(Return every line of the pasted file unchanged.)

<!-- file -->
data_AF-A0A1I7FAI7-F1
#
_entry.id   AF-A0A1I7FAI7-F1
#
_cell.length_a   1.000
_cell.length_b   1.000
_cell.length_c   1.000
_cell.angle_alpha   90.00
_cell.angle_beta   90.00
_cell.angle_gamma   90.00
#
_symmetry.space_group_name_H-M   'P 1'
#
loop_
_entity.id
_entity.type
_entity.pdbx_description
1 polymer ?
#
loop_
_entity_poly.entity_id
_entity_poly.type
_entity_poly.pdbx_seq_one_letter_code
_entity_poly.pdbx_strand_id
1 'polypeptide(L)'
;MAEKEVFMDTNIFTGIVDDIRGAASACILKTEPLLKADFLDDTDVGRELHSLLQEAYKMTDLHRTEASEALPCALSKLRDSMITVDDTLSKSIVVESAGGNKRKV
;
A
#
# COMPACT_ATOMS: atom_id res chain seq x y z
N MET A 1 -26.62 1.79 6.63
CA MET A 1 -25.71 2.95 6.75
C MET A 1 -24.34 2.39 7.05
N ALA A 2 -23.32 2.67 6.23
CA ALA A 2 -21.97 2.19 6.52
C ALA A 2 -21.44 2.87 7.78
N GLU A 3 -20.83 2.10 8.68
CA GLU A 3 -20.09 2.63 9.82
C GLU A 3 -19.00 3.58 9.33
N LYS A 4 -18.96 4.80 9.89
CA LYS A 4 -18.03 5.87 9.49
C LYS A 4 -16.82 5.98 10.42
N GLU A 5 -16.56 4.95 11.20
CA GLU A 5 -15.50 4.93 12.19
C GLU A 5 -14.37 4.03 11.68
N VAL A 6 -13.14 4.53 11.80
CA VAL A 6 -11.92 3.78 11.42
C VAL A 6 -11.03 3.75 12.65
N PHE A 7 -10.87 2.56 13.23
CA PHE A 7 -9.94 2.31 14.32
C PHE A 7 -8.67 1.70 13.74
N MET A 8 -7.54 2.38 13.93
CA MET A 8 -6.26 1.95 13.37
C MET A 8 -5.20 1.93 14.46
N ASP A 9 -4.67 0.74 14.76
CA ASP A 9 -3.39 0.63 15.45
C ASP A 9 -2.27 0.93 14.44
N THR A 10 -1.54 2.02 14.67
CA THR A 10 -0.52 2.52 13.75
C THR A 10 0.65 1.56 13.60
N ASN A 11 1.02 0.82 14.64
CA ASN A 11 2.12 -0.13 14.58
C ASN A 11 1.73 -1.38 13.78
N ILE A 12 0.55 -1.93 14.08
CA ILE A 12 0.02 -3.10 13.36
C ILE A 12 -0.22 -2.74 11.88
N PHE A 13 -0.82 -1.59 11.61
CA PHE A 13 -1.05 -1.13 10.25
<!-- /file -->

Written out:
data_AF-A0A1I7FAI7-F1
#
_entry.id   AF-A0A1I7FAI7-F1
#
_cell.length_a   1.000
_cell.length_b   1.000
_cell.length_c   1.000
_cell.angle_alpha   90.00
_cell.angle_beta   90.00
_cell.angle_gamma   90.00
#
_symmetry.space_group_name_H-M   'P 1'
#
loop_
_entity.id
_entity.type
_entity.pdbx_description
1 polymer ?
#
loop_
_entity_poly.entity_id
_entity_poly.type
_entity_poly.pdbx_seq_one_letter_code
_entity_poly.pdbx_strand_id
1 'polypeptide(L)'
;MAEKEVFMDTNIFTGIVDDIRGAASACILKTEPLLKADFLDDTDVGRELHSLLQEAYKMTDLHRTEASEALPCALSKLRDSMITVDDTLSKSIVVESAGGNKRKV
;
A
#
# COMPACT_ATOMS: atom_id res chain seq x y z
N MET A 1 -26.62 1.79 6.63
CA MET A 1 -25.71 2.95 6.75
C MET A 1 -24.34 2.39 7.05
N ALA A 2 -23.32 2.67 6.23
CA ALA A 2 -21.97 2.19 6.52
C ALA A 2 -21.44 2.87 7.78
N GLU A 3 -20.83 2.10 8.68
CA GLU A 3 -20.09 2.63 9.82
C GLU A 3 -19.00 3.58 9.33
N LYS A 4 -18.96 4.80 9.89
CA LYS A 4 -18.03 5.87 9.49
C LYS A 4 -16.82 5.98 10.42
N GLU A 5 -16.56 4.95 11.20
CA GLU A 5 -15.50 4.93 12.19
C GLU A 5 -14.37 4.03 11.68
N VAL A 6 -13.14 4.53 11.80
CA VAL A 6 -11.92 3.78 11.42
C VAL A 6 -11.03 3.75 12.65
N PHE A 7 -10.87 2.56 13.23
CA PHE A 7 -9.94 2.31 14.32
C PHE A 7 -8.67 1.70 13.74
N MET A 8 -7.54 2.38 13.93
CA MET A 8 -6.26 1.95 13.37
C MET A 8 -5.20 1.93 14.46
N ASP A 9 -4.67 0.74 14.76
CA ASP A 9 -3.39 0.63 15.45
C ASP A 9 -2.27 0.93 14.44
N THR A 10 -1.54 2.02 14.67
CA THR A 10 -0.52 2.52 13.75
C THR A 10 0.65 1.56 13.60
N ASN A 11 1.02 0.82 14.64
CA ASN A 11 2.12 -0.13 14.58
C ASN A 11 1.73 -1.38 13.78
N ILE A 12 0.55 -1.93 14.08
CA ILE A 12 0.02 -3.10 13.36
C ILE A 12 -0.22 -2.74 11.88
N PHE A 13 -0.82 -1.59 11.61
CA PHE A 13 -1.05 -1.13 10.25